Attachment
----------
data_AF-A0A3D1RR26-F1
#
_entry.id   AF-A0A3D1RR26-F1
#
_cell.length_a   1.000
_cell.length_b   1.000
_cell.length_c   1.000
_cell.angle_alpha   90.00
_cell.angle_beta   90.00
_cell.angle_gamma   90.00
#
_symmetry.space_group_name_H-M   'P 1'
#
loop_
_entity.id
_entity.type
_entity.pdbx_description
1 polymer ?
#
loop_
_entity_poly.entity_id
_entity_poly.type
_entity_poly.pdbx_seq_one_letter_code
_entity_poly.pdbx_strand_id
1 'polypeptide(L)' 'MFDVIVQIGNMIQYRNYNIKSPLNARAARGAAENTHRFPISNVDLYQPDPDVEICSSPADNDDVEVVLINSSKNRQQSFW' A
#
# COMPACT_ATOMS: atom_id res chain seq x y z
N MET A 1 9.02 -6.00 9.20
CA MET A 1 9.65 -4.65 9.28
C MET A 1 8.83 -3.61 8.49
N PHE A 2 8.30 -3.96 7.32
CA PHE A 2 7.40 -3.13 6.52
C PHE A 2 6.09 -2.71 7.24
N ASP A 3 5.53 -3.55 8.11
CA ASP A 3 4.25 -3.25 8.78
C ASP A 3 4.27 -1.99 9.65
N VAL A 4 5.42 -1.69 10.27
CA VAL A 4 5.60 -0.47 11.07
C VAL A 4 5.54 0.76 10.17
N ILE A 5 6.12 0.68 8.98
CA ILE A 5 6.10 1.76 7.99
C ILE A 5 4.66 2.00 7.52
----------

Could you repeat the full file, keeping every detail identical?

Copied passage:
data_AF-A0A3D1RR26-F1
#
_entry.id   AF-A0A3D1RR26-F1
#
_cell.length_a   1.000
_cell.length_b   1.000
_cell.length_c   1.000
_cell.angle_alpha   90.00
_cell.angle_beta   90.00
_cell.angle_gamma   90.00
#
_symmetry.space_group_name_H-M   'P 1'
#
loop_
_entity.id
_entity.type
_entity.pdbx_description
1 polymer ?
#
loop_
_entity_poly.entity_id
_entity_poly.type
_entity_poly.pdbx_seq_one_letter_code
_entity_poly.pdbx_strand_id
1 'polypeptide(L)' 'MFDVIVQIGNMIQYRNYNIKSPLNARAARGAAENTHRFPISNVDLYQPDPDVEICSSPADNDDVEVVLINSSKNRQQSFW' A
#
# COMPACT_ATOMS: atom_id res chain seq x y z
N MET A 1 9.02 -6.00 9.20
CA MET A 1 9.65 -4.65 9.28
C MET A 1 8.83 -3.61 8.49
N PHE A 2 8.30 -3.96 7.32
CA PHE A 2 7.40 -3.13 6.52
C PHE A 2 6.09 -2.71 7.24
N ASP A 3 5.53 -3.55 8.11
CA ASP A 3 4.25 -3.25 8.78
C ASP A 3 4.27 -1.99 9.65
N VAL A 4 5.42 -1.69 10.27
CA VAL A 4 5.60 -0.47 11.07
C VAL A 4 5.54 0.76 10.17
N ILE A 5 6.12 0.68 8.98
CA ILE A 5 6.10 1.76 7.99
C ILE A 5 4.66 2.00 7.52